The South Pole Telescope (SPT) is a large (10m diameter) millimeter-wave telescope at the South Pole. A large-format millimeter-wave "camera" is currently being used to detect new clusters of galaxies via the Sunyaev-Zeldovich (SZ) effect. The SZ effect is a great tool for finding new clusters because the signal is nearly independent of distance to the cluster, so we can detect them all the way back to the beginnings of cluster formation.
Once we have a catalog of many (hopefully 1000's) of clusters and have worked with collaborators using optical telescopes to measure redshifts, we expect to use these clusters as probes of the expansion history of the universe, a(t). By charting a(t), we can learn more about the properties of the Dark Energy that is currently accelerating the expansion.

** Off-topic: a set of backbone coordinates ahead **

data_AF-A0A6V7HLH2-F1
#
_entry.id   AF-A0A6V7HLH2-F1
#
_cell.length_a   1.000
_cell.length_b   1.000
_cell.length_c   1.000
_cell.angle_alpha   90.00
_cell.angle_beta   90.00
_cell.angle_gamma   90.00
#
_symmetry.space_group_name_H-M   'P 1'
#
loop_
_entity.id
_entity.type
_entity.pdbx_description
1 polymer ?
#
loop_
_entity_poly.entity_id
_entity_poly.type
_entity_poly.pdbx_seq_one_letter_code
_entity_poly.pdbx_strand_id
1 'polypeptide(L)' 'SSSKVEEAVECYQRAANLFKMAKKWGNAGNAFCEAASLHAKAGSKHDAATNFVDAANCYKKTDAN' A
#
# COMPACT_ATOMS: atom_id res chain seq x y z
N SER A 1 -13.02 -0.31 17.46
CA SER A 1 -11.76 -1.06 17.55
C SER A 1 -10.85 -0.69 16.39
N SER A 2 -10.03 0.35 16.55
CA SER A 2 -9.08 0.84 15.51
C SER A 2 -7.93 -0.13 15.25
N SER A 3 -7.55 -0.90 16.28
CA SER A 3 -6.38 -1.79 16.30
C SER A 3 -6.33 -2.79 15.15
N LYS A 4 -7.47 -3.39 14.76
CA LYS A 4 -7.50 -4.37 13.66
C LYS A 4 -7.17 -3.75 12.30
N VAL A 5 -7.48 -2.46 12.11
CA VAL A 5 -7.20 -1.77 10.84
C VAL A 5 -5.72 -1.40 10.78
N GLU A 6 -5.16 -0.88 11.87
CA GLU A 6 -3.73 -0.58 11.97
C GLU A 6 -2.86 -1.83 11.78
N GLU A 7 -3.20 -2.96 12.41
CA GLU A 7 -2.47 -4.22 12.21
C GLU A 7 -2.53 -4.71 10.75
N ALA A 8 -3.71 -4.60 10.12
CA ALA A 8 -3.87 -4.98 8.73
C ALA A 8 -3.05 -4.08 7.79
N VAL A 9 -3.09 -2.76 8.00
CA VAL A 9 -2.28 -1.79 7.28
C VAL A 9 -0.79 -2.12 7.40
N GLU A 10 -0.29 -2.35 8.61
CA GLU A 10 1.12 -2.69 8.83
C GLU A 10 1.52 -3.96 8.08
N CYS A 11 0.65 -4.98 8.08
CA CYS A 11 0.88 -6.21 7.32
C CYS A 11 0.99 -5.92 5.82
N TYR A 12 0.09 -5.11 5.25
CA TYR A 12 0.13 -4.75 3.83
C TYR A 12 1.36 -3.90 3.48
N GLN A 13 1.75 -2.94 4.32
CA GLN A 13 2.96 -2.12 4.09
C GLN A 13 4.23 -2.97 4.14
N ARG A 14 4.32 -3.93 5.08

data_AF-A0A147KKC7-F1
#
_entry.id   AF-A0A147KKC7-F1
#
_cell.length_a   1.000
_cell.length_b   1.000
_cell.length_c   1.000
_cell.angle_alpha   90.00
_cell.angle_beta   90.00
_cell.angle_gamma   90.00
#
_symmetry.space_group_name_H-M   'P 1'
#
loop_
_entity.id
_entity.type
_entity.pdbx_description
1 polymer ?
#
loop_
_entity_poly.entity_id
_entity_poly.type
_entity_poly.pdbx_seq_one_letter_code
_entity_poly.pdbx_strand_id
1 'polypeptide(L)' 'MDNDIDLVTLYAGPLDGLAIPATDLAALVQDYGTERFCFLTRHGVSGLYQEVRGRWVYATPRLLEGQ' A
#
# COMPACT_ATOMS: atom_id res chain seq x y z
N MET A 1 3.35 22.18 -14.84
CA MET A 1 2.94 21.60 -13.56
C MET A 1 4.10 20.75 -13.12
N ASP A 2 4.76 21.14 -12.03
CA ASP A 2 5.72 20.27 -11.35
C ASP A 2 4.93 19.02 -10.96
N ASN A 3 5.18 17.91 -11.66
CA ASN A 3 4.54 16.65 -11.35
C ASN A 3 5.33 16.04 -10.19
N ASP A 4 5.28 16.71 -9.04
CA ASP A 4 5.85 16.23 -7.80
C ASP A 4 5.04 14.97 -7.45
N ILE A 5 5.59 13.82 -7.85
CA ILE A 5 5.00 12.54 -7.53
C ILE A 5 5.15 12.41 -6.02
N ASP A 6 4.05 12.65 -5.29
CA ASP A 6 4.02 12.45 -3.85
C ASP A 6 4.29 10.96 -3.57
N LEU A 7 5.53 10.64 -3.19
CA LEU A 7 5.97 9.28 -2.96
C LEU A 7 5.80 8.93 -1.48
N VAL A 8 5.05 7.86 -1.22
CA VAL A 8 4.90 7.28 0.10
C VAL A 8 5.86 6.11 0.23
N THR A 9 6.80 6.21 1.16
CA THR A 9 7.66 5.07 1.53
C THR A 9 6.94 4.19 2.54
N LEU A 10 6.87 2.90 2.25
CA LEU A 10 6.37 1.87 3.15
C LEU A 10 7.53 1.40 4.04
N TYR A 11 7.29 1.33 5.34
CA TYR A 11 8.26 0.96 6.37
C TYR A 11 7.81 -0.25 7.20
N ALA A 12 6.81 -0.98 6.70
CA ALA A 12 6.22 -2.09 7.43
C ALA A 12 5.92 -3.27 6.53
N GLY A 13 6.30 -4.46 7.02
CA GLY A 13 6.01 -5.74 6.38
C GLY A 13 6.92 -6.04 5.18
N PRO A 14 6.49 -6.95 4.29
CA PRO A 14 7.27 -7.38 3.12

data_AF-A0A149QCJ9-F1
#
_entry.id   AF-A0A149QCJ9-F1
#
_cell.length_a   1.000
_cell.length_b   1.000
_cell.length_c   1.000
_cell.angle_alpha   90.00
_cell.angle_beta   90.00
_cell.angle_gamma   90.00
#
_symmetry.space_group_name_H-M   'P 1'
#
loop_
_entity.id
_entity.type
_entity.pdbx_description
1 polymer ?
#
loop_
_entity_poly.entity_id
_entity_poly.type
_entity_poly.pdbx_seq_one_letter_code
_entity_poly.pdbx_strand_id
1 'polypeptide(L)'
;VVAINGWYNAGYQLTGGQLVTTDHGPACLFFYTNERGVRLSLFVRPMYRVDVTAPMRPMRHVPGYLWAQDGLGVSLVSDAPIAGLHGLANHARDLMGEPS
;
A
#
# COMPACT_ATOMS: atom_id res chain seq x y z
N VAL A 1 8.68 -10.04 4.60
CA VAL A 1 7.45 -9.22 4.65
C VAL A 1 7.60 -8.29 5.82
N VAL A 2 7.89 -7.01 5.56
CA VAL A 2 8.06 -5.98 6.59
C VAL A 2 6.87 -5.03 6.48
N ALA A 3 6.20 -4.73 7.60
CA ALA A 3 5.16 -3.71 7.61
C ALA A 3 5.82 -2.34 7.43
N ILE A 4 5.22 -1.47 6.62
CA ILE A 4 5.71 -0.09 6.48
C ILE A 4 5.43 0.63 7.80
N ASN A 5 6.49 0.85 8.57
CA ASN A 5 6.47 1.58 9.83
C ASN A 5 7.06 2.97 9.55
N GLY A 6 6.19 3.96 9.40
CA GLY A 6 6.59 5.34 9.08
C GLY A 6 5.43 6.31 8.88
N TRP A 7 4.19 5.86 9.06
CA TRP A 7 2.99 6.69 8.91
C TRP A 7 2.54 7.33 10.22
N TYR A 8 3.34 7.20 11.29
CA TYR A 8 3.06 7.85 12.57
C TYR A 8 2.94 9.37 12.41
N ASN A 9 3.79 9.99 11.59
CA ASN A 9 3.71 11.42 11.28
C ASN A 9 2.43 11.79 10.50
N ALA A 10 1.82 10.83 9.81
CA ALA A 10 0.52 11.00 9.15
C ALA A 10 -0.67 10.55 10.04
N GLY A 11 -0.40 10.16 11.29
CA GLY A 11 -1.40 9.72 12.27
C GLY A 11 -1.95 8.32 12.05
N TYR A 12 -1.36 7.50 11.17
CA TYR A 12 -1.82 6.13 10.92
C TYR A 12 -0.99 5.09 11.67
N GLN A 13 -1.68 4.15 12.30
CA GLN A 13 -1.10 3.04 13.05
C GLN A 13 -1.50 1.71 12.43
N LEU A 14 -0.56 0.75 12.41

Observing started in early 2007, and will continue for at least a few years. We are also funded to build a polarization-sensitive receiver for the SPT, which we will use to measure the lensing of CMB photon paths by structure along the line of sight (and thereby understand much better the distribution of Dark Matter in the universe) as well as search for the effects of primordial gravity waves that may have been created during the Inflationary epoch, when the universe was only 10^-34 seconds old.So far there is only one publication from the SPT, which describes the telescope and receiver before they were actually built:
- "The South Pole Telescope", J. Ruhl etal, astro-ph/0411122 SPIE Millimeter and Submillimeter Detectors for Astronomy II, Eds J. Zmuidzinaas, W. S. Holland, and S. Withington, Vol 5498, p11-29, (2004).
The SPT collaboration includes groups at U. Chicago, UC Berkeley, LBNL, Cardiff, U. Illinois, McGill, and U. Colorado. The main SPT website is maintained at U. Chicago, at http://spt.uchicago.edu/.